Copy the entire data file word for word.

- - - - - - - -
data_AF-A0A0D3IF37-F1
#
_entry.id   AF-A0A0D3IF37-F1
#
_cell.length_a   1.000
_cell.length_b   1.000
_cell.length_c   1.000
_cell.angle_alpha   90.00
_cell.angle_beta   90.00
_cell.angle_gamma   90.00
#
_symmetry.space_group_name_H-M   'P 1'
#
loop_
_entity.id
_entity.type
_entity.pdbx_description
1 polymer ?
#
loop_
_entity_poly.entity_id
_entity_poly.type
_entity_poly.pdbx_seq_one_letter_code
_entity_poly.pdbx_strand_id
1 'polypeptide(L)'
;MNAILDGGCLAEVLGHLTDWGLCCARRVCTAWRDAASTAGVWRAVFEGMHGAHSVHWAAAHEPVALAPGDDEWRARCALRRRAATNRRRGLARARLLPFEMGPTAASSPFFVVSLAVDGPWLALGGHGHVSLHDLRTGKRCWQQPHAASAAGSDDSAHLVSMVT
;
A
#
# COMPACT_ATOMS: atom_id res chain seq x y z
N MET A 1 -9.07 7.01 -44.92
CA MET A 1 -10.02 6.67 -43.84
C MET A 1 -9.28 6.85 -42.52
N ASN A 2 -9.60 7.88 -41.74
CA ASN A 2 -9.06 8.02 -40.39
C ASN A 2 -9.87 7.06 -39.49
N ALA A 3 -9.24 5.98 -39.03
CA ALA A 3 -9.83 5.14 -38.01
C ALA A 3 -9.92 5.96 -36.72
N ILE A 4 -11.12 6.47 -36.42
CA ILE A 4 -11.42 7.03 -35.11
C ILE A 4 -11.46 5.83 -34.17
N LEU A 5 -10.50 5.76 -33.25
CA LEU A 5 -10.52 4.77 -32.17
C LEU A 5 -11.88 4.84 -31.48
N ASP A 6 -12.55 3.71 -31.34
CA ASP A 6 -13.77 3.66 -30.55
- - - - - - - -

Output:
data_AF-A0A0D3IF37-F1
#
_entry.id   AF-A0A0D3IF37-F1
#
_cell.length_a   1.000
_cell.length_b   1.000
_cell.length_c   1.000
_cell.angle_alpha   90.00
_cell.angle_beta   90.00
_cell.angle_gamma   90.00
#
_symmetry.space_group_name_H-M   'P 1'
#
loop_
_entity.id
_entity.type
_entity.pdbx_description
1 polymer ?
#
loop_
_entity_poly.entity_id
_entity_poly.type
_entity_poly.pdbx_seq_one_letter_code
_entity_poly.pdbx_strand_id
1 'polypeptide(L)'
;MNAILDGGCLAEVLGHLTDWGLCCARRVCTAWRDAASTAGVWRAVFEGMHGAHSVHWAAAHEPVALAPGDDEWRARCALRRRAATNRRRGLARARLLPFEMGPTAASSPFFVVSLAVDGPWLALGGHGHVSLHDLRTGKRCWQQPHAASAAGSDDSAHLVSMVT
;
A
#
# COMPACT_ATOMS: atom_id res chain seq x y z
N MET A 1 -9.07 7.01 -44.92
CA MET A 1 -10.02 6.67 -43.84
C MET A 1 -9.28 6.85 -42.52
N ASN A 2 -9.60 7.88 -41.74
CA ASN A 2 -9.06 8.02 -40.39
C ASN A 2 -9.87 7.06 -39.49
N ALA A 3 -9.24 5.98 -39.03
CA ALA A 3 -9.83 5.14 -38.01
C ALA A 3 -9.92 5.96 -36.72
N ILE A 4 -11.12 6.47 -36.42
CA ILE A 4 -11.42 7.03 -35.11
C ILE A 4 -11.46 5.83 -34.17
N LEU A 5 -10.50 5.76 -33.25
CA LEU A 5 -10.52 4.77 -32.17
C LEU A 5 -11.88 4.84 -31.48
N ASP A 6 -12.55 3.71 -31.34
CA ASP A 6 -13.77 3.66 -30.55